Restaurants body asks Swiggy, Zomato, Uber Eats, Foodpanda to rethink deep discounting

Restaurants body asks Swiggy, Zomato, Uber Eats, Foodpanda to rethink deep discounting

The National Restaurant Association of India (NRAI) sent out letters to the four leading online food aggregators alleging widespread complaints by members regarding their deep discounting practices, lack of transparency and abuse of their dominant position

India's online food ordering market is expected to grow at over 16 per cent annually to touch $17.02 billion by 2023 India's online food ordering market is expected to grow at over 16 per cent annually to touch $17.02 billion by 2023

As the fight between online players and restaurant owners enters its second week, the National Restaurant Association of India (NRAI) sent out letters to four leading food aggregators on Monday, red-flagging their steep discounting and predatory market practices. Founded in 1982, the NRAI represents the interests of over 5 lakh restaurants.

In separate letters sent to Swiggy, Zomato, Uber Eats and Foodpanda, the restaurants body listed out eight areas of concern, adding that it had received "widespread complaints and concerns from members, associations and restaurants regarding the lack of transparency, deep discounting and abuse of dominant position by the online delivery aggregators". The letter alleged that the food delivery firms engage in steep discounting, going up to 70 per cent throughout the calendar year, the Financial Express reported. "It is pertinent to note that these discounts are most often funded by the restaurant operators, sometimes under veiled coercion," it added.

NRAI also put the spotlight on the "uneven and arbitrary" commission on the net bill value of the food that's slapped on restaurants by the delivery platforms. "Any restaurant which is getting orders through the food delivery platforms, pay a certain commission to them. That commission varies from 12% to 30% and this is arbitrary," Anurag Katriar, head of NRAI Mumbai Chapter, told the daily. According to him, the platforms ask restaurants to participate in their discount events, warning them that their order volumes will go down if they opt out. "There is a lack of transparency. They will onboard you at say 15% [commission]; once the business builds up, they will make it to 20%," he added.  The body suggested that commissions ought to be determined on the basis of logical metrics like average order value (AOV) or volume of business.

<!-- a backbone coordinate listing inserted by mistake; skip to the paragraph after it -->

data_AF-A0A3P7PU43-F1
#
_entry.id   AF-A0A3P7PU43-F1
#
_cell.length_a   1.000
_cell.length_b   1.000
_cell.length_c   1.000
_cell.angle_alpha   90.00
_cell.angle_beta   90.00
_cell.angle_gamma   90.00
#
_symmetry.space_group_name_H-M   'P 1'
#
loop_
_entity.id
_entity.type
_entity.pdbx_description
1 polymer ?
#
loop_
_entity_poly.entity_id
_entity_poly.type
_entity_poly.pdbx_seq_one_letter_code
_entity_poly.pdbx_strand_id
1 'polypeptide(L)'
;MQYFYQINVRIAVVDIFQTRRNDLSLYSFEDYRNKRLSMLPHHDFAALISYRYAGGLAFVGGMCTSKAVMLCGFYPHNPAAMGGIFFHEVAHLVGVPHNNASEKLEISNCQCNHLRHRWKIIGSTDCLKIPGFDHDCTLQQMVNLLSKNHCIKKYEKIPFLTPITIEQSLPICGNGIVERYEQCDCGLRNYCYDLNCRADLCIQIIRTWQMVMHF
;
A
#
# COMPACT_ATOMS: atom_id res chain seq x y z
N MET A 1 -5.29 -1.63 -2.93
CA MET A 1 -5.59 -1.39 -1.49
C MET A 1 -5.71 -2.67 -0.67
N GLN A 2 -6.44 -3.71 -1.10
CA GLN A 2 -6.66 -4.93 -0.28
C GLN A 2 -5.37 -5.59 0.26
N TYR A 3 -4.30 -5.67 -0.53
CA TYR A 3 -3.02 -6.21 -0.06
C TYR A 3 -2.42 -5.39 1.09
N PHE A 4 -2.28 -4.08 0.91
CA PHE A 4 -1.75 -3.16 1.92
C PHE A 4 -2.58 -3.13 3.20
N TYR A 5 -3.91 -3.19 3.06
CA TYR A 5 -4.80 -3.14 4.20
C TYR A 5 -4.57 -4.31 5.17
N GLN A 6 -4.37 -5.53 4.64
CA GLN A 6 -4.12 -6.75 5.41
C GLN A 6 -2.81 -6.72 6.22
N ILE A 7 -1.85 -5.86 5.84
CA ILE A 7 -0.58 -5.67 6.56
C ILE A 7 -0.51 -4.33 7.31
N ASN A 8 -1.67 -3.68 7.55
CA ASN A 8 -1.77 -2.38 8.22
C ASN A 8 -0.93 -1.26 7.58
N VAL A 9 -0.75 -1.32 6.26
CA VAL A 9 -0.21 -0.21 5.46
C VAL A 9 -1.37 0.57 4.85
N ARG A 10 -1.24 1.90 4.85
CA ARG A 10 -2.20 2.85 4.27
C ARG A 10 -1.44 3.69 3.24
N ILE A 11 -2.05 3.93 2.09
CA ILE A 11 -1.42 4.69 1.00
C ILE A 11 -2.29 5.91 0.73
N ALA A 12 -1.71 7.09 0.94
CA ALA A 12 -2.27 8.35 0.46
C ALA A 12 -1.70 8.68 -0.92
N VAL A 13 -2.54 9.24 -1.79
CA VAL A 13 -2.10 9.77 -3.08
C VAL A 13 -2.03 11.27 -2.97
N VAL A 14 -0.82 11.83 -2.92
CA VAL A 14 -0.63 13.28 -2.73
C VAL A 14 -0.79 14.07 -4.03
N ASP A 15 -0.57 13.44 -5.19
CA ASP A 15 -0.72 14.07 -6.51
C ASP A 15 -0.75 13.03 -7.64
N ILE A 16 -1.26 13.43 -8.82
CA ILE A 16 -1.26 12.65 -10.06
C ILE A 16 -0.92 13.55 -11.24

NRAI further claimed that the terms and conditions agreed upon between an online platform and restaurant is not "sacrosanct" and often "lopsided", favouring aggregators. The latter also allegedly refrain from sharing customer data with restaurants, which amounts to "disconnecting" them from customers. Inconsistent parameters for ranking restaurants and online platforms developing their own brands, which NRAI says creates "grossly unfair playing field", were other issues flagged off in the letter.

"There was a high demand of immediately extending the logout movement to the delivery vertical as well. However, our responsibility as an industry body compelled us to engage in dialogue first," the letter added. In a subsequent statement, NRAI clarified that the body is not against the technology platforms, but its concerns are largely around the online aggregators misusing their dominant position to indulge in predatory behaviour commercially and in forming the terms of engagement. "This is especially impacting the growth, employment and sustainability of the thousands of small restaurants and start-ups in the country," it added.

So what is the food fight all about? As some would recall that some months ago, food aggregators like Zomato were aggressively selling their Zomato Gold package to people who order online food frequently. The deals were quite tempting buy-one-get-one-free offers were given on food and drinks for prices as low as Rs 1,500 per annum.

Gurgaon-based Zomato and others like Dineout and EazyDiner, as the restaurants claim, promised that these dine-in and table booking programmes would increase footfalls at the restaurants and, in general, increase their revenues. But it actually turned into a massive discount spree that rendered their sales unprofitable.

The restaurant owners retaliated in mid-August by starting a #Logout campaign, which has seen over 2,500 restaurants in Delhi, Mumbai, Bengaluru, Kolkata, Goa, Pune, Gurgaon and Vadodra exiting platforms such as Zomato, EazyDiner, Nearbuy, MagicPin and Gourmet Passport.

The stand-off between both groups has put millions of jobs and billions of revenues on the line. The organised food services segment, which is primarily engaged with aggregators, is about 35 per cent of the overall food services market, which had a size of Rs 4.24 lakh crore and employed close to 7.3 million people in 2018-19.

Also read: Restaurants vs Online food: The battle over discounts continues

Also read: Restaurants vs Zomato: The fight is not over yet

Published on: Aug 27, 2019, 12:09 PM IST
Posted by: Sushmita agarwal, Aug 27, 2019, 12:09 PM IST